But McKenna Long today isn’t what it was when the merger talks started with Dentons in late 2013 as the 520-lawyer firm is now down to about 320 lawyers. The 100 lawyers who had already left in 2014 include 32 people from McKenna Long’s powerful government contracts practice in Washington and Los Angeles, 27 from the firm’s health-care practice in Atlanta, and five corporate lawyers.
Still, both Dentons and McKenna Long have said throughout they knew the two teams would leave.
Indeed, Tony Williams of Britain-based Jomati Consultants LLP says it’s a mistake to make too much of the departures.
“Most firms experience losses on mergers and some of the McKenna losses are neither a surprise not unexpected, although the extent of the departures is probably a bit disappointing,” he says. “My belief is that the moves represent both the hot nature of the current U.S. legal market and the fact that many people prefer the certainty of an established firm to the uncertainty and opportunity that a combination involves.”
Bruce MacEwen, president of New York-based legal consultancy Adam Smith Esq. LLC, says the hullabaloo about the departures is much ado about nothing.
“The only story here is that people seem to think it is a story,” he says. “Whenever there are mergers, there are departures, and in this case we were dealing with a shotgun wedding because there were already reports of difficulties at McKenna.”
But MacEwen also says it would be a mistake at this point to make too much of the 21 non-disclosure agreements Dentons has entered into.
“There are negotiations and there are negotiations and so far there are no indications of how serious these talks are, how big the target firms are or what the conflict checks — if Dentons gets to that stage — may reveal,” he says. “What they have succeeded in doing is getting a lot of press, but on the other hand, there’s no reason to doubt them when they say they want to keep growing what is already the world’s largest firm.”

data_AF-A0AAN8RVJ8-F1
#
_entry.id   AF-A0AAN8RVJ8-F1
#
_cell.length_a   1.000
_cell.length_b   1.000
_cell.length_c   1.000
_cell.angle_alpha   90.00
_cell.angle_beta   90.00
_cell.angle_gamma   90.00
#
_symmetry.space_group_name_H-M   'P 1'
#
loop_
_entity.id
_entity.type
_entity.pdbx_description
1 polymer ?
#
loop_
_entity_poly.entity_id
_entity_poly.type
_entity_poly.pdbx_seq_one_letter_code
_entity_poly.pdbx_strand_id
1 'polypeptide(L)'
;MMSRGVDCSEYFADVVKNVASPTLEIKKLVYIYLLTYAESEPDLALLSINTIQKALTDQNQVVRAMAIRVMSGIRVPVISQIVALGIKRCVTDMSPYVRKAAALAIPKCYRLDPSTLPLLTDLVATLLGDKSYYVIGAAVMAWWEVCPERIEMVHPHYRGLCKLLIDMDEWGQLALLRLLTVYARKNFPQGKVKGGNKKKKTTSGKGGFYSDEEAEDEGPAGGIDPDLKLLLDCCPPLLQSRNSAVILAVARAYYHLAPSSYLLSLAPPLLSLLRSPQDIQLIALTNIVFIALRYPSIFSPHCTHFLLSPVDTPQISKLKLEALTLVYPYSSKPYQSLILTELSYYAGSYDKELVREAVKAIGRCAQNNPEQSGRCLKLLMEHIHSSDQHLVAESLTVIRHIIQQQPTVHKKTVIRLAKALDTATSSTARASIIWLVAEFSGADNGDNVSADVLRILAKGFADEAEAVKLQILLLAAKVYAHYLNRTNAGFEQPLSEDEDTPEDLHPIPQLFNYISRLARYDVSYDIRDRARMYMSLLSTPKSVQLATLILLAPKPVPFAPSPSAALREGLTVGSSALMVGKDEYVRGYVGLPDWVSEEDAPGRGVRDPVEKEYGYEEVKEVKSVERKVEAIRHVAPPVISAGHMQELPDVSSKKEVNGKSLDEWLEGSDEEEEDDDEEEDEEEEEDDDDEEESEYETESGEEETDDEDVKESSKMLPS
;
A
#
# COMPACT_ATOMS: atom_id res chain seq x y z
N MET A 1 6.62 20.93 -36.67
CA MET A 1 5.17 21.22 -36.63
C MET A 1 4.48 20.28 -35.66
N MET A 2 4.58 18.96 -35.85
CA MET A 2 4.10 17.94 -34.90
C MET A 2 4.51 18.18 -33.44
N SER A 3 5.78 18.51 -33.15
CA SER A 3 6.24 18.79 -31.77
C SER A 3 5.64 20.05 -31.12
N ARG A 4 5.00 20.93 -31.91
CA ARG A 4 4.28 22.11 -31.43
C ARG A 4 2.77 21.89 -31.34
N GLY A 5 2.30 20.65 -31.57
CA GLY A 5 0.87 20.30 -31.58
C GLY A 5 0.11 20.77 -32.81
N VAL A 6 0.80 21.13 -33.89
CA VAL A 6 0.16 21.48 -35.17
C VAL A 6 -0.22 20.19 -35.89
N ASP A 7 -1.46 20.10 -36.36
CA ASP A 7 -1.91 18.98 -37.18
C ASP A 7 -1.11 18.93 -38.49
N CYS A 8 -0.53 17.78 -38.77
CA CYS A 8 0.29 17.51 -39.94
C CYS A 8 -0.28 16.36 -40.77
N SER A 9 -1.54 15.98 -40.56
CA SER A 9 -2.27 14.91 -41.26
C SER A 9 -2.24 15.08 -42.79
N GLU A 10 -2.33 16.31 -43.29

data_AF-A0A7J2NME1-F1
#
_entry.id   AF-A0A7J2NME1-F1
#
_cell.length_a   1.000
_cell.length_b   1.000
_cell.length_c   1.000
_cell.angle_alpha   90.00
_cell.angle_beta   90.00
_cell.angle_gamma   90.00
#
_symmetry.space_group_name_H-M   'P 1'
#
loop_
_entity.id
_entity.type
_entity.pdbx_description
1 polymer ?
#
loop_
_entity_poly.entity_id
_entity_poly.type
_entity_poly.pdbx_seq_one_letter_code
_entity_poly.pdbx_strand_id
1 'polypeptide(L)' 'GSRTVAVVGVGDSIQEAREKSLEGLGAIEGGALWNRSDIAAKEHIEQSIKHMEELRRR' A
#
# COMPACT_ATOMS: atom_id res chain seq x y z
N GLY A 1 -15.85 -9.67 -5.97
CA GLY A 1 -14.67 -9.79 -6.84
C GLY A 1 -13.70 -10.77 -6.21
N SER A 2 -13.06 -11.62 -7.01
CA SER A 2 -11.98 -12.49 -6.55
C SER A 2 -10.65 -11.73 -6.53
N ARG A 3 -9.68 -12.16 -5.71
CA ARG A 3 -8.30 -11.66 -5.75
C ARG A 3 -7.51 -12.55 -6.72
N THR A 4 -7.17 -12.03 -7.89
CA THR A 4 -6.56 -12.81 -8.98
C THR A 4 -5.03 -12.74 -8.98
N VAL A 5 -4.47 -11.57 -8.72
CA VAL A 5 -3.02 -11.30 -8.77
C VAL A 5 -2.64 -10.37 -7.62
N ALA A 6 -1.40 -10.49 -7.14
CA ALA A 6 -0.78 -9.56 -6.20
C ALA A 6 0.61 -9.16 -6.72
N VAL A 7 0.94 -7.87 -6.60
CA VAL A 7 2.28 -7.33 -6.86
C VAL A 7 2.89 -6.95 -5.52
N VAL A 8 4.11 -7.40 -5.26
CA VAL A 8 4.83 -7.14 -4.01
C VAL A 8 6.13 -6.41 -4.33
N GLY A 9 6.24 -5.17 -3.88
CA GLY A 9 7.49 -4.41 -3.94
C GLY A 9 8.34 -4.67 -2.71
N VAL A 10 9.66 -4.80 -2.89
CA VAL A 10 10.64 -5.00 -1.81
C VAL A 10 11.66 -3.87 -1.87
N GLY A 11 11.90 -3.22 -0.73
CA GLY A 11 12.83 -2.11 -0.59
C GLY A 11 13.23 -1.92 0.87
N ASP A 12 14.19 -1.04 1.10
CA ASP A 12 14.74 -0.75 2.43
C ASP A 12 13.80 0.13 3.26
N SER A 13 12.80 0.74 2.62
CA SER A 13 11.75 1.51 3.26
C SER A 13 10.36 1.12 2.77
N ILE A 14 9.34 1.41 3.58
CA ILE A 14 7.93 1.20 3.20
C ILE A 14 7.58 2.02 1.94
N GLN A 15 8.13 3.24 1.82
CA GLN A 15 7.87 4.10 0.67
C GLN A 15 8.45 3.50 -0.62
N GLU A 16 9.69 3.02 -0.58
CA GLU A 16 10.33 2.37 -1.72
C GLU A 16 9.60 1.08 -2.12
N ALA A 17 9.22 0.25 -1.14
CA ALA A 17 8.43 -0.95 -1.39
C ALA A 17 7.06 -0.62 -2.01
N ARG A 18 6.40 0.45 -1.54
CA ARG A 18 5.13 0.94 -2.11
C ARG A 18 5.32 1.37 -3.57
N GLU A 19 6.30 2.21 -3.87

From MacEwen’s perspective, there’s nothing unique about Dentons’ polycentric approach.
“It’s a snappy and catchy word but it’s nothing new,” he says. “Firms like Latham & Watkins, K&L Gates, Jones Day, and Hogan Lovells would all tell you they have no head office.”
Because Dentons has made it quite clear the firm won’t release financial performance metrics, it becomes harder to gauge the success of its expansion efforts. Unlike Williams, MacEwen believes observers should keep a close eye on movement to and from the firm. “Because Dentons are trying to build an empire so quickly, the thing to watch is lawyer churn,” he says.
“It’s one thing to gobble up a lot of firms but it’s another to count who’s staying on after the mergers.”
Indeed, MacEwen is somewhat skeptical of Dentons’ overall strategy.
“I don’t see how it makes sense but I’m of the prove-it school,” he says. “Ultimately, the only vote is that of the clients and the whole thing may still surprise us.”
Still, MacEwen insists the legal market affords limited room for global firms.
“The notion that there was room for a couple of dozen has now been recognized as false,” he says. “It’s hard to escape a much lower ceiling if for no other reason than the difficulties that conflicts present.”
For more, see "A closer look at Dentons merger with U.S. firm."